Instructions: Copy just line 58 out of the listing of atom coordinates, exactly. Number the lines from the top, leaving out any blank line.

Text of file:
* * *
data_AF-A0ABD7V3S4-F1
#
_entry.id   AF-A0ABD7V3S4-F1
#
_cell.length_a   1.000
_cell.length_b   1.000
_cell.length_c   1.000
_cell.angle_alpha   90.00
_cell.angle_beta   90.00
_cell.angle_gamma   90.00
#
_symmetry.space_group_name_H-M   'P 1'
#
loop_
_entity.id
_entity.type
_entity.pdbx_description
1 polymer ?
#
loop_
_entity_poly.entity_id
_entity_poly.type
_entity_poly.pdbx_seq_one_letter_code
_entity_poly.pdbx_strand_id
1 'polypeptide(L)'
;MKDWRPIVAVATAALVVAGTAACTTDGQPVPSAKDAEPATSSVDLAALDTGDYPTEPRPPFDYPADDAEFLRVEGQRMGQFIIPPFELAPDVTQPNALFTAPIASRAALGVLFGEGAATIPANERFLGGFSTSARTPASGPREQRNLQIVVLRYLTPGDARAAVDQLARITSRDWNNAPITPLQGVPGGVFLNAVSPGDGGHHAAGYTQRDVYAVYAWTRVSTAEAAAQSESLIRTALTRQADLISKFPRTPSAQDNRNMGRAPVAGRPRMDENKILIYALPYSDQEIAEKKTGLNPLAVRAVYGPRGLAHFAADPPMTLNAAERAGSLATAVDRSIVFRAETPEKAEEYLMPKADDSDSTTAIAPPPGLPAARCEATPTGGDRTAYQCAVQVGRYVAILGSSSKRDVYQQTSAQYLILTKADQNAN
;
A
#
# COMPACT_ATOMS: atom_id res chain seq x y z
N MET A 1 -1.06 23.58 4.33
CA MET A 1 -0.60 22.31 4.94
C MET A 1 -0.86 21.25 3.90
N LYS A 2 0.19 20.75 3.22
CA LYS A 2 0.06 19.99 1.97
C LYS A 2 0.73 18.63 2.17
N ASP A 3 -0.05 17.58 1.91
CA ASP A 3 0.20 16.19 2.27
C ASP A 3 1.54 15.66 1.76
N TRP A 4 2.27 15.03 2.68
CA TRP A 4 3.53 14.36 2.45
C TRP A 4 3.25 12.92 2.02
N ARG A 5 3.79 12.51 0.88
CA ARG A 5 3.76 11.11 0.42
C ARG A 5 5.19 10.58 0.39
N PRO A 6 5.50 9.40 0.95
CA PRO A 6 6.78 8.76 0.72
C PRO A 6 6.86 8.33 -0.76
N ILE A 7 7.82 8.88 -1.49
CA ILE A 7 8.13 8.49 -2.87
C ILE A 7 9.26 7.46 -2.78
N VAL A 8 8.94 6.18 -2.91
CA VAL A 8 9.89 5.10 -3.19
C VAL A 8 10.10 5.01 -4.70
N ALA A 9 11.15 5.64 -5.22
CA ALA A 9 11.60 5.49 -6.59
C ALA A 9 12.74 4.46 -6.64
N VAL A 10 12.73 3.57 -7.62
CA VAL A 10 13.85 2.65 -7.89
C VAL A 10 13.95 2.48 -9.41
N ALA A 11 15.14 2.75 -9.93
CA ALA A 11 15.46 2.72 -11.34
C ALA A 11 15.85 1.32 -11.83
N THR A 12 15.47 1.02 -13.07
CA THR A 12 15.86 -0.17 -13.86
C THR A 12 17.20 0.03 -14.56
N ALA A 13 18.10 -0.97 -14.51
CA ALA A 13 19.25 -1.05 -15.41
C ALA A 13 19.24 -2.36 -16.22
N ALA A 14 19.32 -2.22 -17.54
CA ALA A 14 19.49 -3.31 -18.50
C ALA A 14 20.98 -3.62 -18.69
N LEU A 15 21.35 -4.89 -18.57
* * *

N VAL A 10 12.73 3.57 -7.62